I think this type of belief is known to the West as Animism ... and some people posit that Buddhist doctrine was admixed into indigenous (non-Buddhist) beliefs, such that forms (e.g. national forms, like Thai) include elements of both. I think devas and so on are a feature of all traditional forms of Buddhism -- I'm only unsure of whether they're associated with "nature".

As for "Would it be considered harmless to go around destroying non-'sentient' parts of nature?", you might like to read this (or other writings related to such a topic):

“Thou shall not cut these trees” -- They are ordained now -- The story of Tree ordination in Sri Lanka

That's written by someone associated with "the Friends of the Earth" (which I think is an international organization of environmental activists, who are not necessarily Buddhist, so maybe biased somewhat and not a reliable editor of Buddhist doctrine).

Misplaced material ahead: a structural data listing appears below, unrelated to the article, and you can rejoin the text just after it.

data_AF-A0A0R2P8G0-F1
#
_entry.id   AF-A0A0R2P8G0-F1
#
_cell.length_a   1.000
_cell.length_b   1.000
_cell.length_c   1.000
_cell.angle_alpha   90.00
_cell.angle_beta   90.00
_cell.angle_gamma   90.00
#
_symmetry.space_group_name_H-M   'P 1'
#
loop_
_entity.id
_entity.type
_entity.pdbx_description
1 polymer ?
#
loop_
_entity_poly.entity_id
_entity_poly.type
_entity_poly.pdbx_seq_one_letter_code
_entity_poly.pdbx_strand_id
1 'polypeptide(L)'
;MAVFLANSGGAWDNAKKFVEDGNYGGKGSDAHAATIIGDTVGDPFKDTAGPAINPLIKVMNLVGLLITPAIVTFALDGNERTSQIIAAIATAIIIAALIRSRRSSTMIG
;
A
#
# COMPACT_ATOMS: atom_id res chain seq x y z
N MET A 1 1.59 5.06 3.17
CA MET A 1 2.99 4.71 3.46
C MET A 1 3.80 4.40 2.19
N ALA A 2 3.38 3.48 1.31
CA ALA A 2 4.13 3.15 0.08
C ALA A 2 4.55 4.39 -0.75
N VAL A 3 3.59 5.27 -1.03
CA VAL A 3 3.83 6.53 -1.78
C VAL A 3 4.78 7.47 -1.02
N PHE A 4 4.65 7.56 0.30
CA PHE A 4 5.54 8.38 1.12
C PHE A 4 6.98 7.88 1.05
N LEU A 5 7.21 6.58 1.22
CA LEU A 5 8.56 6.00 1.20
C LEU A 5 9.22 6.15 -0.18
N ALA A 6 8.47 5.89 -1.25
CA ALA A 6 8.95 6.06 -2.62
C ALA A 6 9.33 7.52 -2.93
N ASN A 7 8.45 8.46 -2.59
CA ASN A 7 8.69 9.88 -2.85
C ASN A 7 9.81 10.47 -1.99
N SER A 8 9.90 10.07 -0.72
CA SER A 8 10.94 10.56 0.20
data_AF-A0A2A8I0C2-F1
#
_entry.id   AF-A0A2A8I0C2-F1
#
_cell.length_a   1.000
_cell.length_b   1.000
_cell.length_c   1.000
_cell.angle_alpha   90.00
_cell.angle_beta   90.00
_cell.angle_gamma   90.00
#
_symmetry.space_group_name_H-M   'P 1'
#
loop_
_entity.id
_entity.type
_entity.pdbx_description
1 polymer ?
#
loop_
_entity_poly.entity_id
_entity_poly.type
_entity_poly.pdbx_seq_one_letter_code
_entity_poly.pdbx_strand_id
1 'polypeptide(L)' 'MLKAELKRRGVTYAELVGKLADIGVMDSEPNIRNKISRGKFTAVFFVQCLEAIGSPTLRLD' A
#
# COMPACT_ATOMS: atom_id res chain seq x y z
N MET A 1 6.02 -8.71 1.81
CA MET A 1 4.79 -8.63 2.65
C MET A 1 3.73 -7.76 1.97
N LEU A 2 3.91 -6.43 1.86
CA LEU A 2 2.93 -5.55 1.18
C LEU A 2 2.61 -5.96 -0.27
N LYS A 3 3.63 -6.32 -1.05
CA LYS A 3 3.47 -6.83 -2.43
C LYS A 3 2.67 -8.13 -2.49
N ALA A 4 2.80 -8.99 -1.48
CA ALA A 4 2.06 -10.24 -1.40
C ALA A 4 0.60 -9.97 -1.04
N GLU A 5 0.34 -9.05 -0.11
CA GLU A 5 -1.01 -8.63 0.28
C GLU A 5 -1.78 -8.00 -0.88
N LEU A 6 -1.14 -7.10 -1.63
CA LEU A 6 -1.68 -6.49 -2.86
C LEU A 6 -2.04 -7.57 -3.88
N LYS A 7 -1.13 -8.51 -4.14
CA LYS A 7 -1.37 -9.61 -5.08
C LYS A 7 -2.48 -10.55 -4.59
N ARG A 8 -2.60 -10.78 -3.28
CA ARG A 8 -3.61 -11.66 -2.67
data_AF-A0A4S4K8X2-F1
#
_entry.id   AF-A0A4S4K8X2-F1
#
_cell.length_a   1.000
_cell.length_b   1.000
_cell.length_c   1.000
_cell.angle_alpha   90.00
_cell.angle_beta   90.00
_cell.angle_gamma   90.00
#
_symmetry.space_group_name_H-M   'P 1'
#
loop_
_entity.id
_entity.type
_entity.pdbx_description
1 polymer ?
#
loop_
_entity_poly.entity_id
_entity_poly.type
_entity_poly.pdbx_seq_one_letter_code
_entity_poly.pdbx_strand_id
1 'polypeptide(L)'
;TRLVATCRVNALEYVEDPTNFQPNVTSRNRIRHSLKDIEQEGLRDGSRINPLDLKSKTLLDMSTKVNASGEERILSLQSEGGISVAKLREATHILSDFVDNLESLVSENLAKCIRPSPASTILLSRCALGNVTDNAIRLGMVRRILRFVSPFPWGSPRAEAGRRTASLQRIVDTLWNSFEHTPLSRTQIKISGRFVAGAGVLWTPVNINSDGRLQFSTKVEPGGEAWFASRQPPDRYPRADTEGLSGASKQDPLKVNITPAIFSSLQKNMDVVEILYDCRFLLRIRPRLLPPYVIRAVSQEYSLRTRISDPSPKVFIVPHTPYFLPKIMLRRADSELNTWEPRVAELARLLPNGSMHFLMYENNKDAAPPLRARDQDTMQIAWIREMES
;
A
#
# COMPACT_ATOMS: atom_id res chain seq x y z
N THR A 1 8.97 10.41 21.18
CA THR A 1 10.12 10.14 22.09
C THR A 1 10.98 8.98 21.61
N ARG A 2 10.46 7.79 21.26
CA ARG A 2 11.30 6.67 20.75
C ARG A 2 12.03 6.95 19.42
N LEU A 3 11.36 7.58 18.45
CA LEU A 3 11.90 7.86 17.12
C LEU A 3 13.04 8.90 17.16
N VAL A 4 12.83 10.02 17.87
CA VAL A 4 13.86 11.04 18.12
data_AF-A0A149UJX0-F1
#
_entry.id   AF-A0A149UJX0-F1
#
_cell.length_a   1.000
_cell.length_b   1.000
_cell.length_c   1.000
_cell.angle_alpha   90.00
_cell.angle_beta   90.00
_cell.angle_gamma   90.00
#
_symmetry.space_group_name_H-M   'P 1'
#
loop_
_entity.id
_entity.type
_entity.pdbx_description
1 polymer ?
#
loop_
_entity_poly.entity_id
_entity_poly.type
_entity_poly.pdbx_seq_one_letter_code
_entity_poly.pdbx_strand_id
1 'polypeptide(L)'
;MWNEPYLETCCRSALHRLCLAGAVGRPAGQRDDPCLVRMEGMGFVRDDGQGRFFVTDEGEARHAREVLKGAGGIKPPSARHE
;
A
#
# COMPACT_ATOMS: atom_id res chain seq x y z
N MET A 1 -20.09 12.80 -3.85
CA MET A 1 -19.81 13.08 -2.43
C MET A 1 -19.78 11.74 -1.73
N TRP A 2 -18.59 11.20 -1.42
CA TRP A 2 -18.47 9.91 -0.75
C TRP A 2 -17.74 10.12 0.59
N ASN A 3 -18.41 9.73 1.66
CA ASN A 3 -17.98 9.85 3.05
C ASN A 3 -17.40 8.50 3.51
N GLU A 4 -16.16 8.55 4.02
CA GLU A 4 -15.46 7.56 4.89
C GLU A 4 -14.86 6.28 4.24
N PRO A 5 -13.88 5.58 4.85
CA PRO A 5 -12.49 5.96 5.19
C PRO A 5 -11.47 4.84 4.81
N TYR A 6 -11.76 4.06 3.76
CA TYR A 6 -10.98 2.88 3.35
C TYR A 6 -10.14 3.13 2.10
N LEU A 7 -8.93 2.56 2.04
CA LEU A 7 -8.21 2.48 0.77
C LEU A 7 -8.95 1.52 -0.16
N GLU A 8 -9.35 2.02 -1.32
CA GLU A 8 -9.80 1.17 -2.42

As for what's "harmless" it would be an idea to check the Vinaya. I think that breaking (or killing) a living plant is not "allowable" to a monk, is a fault requiring confession -- "taking what's not given" might be an issue too.

I found that what I quoted above is a paraphrase of the story associated with Dhp 222 -- which may also be the origin story for the Vinaya rule against Bhikkhus cutting plants: